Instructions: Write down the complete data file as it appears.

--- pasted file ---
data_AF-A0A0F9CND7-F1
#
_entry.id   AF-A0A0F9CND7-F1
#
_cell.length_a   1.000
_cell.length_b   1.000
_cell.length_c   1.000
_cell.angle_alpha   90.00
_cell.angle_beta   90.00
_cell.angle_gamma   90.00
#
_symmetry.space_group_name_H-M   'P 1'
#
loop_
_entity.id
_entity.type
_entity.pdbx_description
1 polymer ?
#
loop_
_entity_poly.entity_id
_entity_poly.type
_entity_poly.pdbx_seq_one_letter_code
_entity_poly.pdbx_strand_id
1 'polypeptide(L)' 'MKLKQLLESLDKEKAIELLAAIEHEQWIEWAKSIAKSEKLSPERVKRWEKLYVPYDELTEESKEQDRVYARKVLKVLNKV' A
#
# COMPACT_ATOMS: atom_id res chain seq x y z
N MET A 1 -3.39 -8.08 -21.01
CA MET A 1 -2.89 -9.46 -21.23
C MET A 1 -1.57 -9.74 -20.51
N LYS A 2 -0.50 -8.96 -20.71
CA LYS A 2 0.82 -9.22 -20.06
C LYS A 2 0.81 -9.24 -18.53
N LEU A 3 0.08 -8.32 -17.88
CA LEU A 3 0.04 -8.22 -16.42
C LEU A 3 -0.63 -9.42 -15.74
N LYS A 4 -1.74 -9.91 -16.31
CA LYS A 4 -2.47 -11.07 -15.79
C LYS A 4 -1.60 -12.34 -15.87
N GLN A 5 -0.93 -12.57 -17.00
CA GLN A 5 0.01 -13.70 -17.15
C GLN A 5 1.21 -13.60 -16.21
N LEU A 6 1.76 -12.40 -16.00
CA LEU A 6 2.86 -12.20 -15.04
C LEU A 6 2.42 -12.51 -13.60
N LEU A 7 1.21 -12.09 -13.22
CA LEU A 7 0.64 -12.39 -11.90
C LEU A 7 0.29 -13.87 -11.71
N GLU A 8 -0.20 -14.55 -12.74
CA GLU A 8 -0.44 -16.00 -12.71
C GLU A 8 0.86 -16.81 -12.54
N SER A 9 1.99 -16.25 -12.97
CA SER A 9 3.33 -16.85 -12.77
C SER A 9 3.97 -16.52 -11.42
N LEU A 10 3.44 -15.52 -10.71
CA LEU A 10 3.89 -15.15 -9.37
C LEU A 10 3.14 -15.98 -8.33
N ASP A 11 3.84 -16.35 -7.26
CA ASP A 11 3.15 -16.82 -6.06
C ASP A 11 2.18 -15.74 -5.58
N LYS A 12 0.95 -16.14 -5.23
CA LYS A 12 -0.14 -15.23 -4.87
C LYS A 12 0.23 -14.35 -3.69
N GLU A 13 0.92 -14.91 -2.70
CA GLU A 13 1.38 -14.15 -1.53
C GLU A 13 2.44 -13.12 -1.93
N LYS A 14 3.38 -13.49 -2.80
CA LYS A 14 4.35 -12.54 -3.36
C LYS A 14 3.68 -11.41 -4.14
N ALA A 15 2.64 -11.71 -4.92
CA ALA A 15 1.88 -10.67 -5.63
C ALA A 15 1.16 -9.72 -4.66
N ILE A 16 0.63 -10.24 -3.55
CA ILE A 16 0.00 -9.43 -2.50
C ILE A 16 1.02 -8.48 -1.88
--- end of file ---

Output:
data_AF-A0A0F9CND7-F1
#
_entry.id   AF-A0A0F9CND7-F1
#
_cell.length_a   1.000
_cell.length_b   1.000
_cell.length_c   1.000
_cell.angle_alpha   90.00
_cell.angle_beta   90.00
_cell.angle_gamma   90.00
#
_symmetry.space_group_name_H-M   'P 1'
#
loop_
_entity.id
_entity.type
_entity.pdbx_description
1 polymer ?
#
loop_
_entity_poly.entity_id
_entity_poly.type
_entity_poly.pdbx_seq_one_letter_code
_entity_poly.pdbx_strand_id
1 'polypeptide(L)' 'MKLKQLLESLDKEKAIELLAAIEHEQWIEWAKSIAKSEKLSPERVKRWEKLYVPYDELTEESKEQDRVYARKVLKVLNKV' A
#
# COMPACT_ATOMS: atom_id res chain seq x y z
N MET A 1 -3.39 -8.08 -21.01
CA MET A 1 -2.89 -9.46 -21.23
C MET A 1 -1.57 -9.74 -20.51
N LYS A 2 -0.50 -8.96 -20.71
CA LYS A 2 0.82 -9.22 -20.06
C LYS A 2 0.81 -9.24 -18.53
N LEU A 3 0.08 -8.32 -17.88
CA LEU A 3 0.04 -8.22 -16.42
C LEU A 3 -0.63 -9.42 -15.74
N LYS A 4 -1.74 -9.91 -16.31
CA LYS A 4 -2.47 -11.07 -15.79
C LYS A 4 -1.60 -12.34 -15.87
N GLN A 5 -0.93 -12.57 -17.00
CA GLN A 5 0.01 -13.70 -17.15
C GLN A 5 1.21 -13.60 -16.21
N LEU A 6 1.76 -12.40 -16.00
CA LEU A 6 2.86 -12.20 -15.04
C LEU A 6 2.42 -12.51 -13.60
N LEU A 7 1.21 -12.09 -13.22
CA LEU A 7 0.64 -12.39 -11.90
C LEU A 7 0.29 -13.87 -11.71
N GLU A 8 -0.20 -14.55 -12.74
CA GLU A 8 -0.44 -16.00 -12.71
C GLU A 8 0.86 -16.81 -12.54
N SER A 9 1.99 -16.25 -12.97
CA SER A 9 3.33 -16.85 -12.77
C SER A 9 3.97 -16.52 -11.42
N LEU A 10 3.44 -15.52 -10.71
CA LEU A 10 3.89 -15.15 -9.37
C LEU A 10 3.14 -15.98 -8.33
N ASP A 11 3.84 -16.35 -7.26
CA ASP A 11 3.15 -16.82 -6.06
C ASP A 11 2.18 -15.74 -5.58
N LYS A 12 0.95 -16.14 -5.23
CA LYS A 12 -0.14 -15.23 -4.87
C LYS A 12 0.23 -14.35 -3.69
N GLU A 13 0.92 -14.91 -2.70
CA GLU A 13 1.38 -14.15 -1.53
C GLU A 13 2.44 -13.12 -1.93
N LYS A 14 3.38 -13.49 -2.80
CA LYS A 14 4.35 -12.54 -3.36
C LYS A 14 3.68 -11.41 -4.14
N ALA A 15 2.64 -11.71 -4.92
CA ALA A 15 1.88 -10.67 -5.63
C ALA A 15 1.16 -9.72 -4.66
N ILE A 16 0.63 -10.24 -3.55
CA ILE A 16 0.00 -9.43 -2.50
C ILE A 16 1.02 -8.48 -1.88